The Socialist Party leader, Olivier Faure, said on Twitter the appointment by President Macron was no surprise. "The day after will be to the right, like the day before," he commented.

Watch the interview with Natalia Pouzyreff, MP from Macron's "La République en Marche" movement, in the video player below.

Changes follow local election defeat

The local election results saw the governing LREM movement suffer amid a "green wave" in which the main ecology party won control of several large cities including Lyon, Bordeaux and Strasbourg. The governing party also failed dismally in Paris and Marseille, France's largest cities.

The election outcome leaves Macron under pressure to focus more on environmental issues throughout the rest of his tenure, ahead of the next presidential election in 2022.

However, France is broadly divided between its more prosperous metropolitan areas where green issues have come to the fore, and smaller towns, peripheral districts and rural areas where priorities are often different.

Philippe's turbulent years as PM

Edouard Philippe helped found the mainstream conservative UMP party in France, which later became today's "Les Républicains".

From 2010 to 2017 he was mayor in the northern port city of Le Havre, where his popularity was demonstrated last Sunday when he was elected again, winning nearly 60% of the vote.

As prime minister, he oversaw Macron's programme which was seen politically as being on the centre-right.

His time in office coincided with massive social unrest which erupted in the autumn of 2018 when the "Gilets Jaunes" ("Yellow Vest") movement took to the streets. It began as a protest against planned fuel price hikes prompted by a new carbon tax, which were then abandoned.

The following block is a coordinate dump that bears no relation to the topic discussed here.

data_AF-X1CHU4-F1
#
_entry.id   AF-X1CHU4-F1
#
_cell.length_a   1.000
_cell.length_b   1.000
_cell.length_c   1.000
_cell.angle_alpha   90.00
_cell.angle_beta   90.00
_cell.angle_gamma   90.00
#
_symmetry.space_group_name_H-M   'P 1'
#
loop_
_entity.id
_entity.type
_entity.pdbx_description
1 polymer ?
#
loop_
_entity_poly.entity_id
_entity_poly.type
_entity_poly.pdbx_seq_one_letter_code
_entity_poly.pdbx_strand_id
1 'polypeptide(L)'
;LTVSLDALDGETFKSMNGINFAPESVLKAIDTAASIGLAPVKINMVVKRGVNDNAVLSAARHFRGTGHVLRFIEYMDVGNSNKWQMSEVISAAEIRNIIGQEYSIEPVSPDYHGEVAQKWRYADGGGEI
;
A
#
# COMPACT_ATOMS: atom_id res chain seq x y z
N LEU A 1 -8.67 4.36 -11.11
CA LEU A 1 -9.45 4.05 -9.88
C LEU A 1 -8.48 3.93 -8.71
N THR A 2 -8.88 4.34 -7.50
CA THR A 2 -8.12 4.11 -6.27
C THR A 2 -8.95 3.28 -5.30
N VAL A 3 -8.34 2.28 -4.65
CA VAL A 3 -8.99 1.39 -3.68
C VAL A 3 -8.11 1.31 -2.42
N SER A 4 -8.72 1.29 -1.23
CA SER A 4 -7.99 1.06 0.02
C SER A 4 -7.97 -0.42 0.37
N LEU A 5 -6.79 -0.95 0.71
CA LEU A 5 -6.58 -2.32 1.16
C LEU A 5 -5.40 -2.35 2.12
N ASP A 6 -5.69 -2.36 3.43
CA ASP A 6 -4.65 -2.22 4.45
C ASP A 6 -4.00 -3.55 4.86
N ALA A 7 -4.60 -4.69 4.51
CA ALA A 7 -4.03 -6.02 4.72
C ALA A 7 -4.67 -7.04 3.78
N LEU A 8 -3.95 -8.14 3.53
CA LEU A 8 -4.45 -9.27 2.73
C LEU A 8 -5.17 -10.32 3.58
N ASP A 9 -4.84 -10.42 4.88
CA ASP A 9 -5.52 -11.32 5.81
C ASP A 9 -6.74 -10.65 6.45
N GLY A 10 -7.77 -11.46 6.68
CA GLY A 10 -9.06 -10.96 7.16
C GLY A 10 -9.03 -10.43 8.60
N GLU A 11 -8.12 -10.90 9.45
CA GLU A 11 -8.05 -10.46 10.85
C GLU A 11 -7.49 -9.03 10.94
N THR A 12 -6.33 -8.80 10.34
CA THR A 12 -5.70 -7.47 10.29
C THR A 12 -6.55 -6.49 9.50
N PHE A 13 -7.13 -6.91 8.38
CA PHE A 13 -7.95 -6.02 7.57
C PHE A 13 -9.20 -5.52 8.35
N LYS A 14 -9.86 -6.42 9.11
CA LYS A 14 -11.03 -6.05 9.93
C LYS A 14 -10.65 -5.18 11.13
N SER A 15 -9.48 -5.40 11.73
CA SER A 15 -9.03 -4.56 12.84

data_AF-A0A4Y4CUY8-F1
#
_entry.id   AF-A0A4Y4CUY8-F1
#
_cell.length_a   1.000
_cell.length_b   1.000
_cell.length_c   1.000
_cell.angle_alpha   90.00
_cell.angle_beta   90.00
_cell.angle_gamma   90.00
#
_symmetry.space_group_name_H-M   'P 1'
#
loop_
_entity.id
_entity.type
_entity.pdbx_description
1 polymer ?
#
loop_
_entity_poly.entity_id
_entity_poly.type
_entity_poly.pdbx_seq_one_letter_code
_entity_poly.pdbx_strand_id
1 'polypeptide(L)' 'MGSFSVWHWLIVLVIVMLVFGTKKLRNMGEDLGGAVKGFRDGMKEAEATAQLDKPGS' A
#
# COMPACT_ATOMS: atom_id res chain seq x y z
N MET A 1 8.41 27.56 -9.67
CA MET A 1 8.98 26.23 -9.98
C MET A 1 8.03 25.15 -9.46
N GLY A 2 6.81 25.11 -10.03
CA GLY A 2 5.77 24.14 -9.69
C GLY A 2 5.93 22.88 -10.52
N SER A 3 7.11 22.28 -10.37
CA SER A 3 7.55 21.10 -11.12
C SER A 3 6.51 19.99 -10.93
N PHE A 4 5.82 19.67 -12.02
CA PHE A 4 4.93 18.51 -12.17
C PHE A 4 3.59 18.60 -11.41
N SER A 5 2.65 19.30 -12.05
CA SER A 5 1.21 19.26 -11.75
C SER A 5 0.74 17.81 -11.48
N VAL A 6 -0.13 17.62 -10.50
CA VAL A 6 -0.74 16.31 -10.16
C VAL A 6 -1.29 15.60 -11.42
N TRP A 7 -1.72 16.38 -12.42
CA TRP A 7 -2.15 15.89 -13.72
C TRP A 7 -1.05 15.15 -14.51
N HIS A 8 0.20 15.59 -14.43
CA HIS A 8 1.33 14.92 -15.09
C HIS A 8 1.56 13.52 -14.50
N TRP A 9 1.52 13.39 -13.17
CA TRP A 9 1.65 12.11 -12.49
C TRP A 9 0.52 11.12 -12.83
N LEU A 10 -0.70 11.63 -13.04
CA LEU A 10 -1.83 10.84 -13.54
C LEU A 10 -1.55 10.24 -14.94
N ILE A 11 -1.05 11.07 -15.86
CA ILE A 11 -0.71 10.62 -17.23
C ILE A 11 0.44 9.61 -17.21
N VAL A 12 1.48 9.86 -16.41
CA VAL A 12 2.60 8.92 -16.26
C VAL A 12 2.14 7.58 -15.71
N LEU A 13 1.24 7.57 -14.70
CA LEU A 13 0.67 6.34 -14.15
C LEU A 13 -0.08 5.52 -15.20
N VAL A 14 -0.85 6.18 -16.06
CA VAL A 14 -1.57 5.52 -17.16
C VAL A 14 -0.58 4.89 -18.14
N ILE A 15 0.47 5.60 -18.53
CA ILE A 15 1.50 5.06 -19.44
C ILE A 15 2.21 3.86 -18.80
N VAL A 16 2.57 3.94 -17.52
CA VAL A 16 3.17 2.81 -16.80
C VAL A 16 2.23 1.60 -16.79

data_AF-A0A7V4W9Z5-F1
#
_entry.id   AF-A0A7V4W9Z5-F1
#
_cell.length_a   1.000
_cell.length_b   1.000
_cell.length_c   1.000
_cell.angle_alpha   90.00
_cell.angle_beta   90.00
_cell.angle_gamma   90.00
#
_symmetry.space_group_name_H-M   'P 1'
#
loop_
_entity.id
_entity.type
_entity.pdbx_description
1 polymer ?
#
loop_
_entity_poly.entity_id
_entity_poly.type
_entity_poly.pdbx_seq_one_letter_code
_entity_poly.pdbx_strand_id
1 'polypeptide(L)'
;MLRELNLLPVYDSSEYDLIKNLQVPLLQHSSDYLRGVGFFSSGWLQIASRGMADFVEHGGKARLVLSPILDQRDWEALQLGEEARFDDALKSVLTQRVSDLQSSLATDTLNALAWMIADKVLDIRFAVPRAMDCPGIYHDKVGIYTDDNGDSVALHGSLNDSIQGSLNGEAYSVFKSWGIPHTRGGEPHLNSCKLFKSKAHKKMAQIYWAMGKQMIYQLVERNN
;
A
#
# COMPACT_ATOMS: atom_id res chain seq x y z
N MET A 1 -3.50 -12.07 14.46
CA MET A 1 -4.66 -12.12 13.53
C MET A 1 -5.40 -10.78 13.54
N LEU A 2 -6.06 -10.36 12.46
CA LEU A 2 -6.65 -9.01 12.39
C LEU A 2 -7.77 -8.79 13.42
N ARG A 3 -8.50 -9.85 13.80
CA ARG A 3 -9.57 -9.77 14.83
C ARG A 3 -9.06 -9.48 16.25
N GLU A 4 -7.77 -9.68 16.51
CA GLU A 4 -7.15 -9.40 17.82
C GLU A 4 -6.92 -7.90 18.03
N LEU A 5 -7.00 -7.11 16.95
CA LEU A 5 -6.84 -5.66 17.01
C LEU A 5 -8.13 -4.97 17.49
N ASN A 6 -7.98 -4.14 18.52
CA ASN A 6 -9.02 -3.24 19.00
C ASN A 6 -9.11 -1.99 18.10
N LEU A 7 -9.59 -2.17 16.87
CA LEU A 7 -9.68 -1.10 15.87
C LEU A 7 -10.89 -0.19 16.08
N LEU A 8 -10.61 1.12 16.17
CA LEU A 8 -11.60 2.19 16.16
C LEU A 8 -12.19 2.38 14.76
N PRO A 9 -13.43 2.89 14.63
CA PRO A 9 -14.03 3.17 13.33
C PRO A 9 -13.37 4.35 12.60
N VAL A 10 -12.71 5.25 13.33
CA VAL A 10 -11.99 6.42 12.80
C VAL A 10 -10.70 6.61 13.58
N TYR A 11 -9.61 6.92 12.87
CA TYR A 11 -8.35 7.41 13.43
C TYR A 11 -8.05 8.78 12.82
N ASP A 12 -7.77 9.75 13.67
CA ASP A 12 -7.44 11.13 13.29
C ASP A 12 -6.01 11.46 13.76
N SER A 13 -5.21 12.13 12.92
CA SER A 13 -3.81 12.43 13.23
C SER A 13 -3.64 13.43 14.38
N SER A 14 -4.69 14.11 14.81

Billions of euros were allocated to alleviating the problems of the less well-off but protests continued, having morphed into a wider movement demanding social change.

Edouard Philippe was in the front line politically during the coronavirus pandemic, which saw the government suspend planned pension reforms. His handling of the crisis won more support among the public than did Emmanuel Macron, according to opinion polls.

AFP Photo
Edouard Philippe, French prime minister from 2017-2020, has resigned to return to Le Havre where he was re-elected as mayor in recent local elections.AFP Photo

Doubt over Philippe's future at the head of the French government surfaced on Thursday over an interview Macron gave to regional newspapers.

The president lavished praise on his prime minister's "remarkable work" since 2017. "What we have succeeded in doing, with much confidence and coordination, is unprecedented," he said.

Macron was asked whether that meant Philippe was now "ancient history". "On the contrary," he replied. However, this phrase then disappeared from a subsequent version of the interview approved by the Elysée.

In France the president appoints the prime minister, who then runs the government under an overall strategy set by the president.

There has often been tension between those occupying the two posts, which in the past sometimes involved what was called "cohabitation", with president and prime minister belonging to rival parties.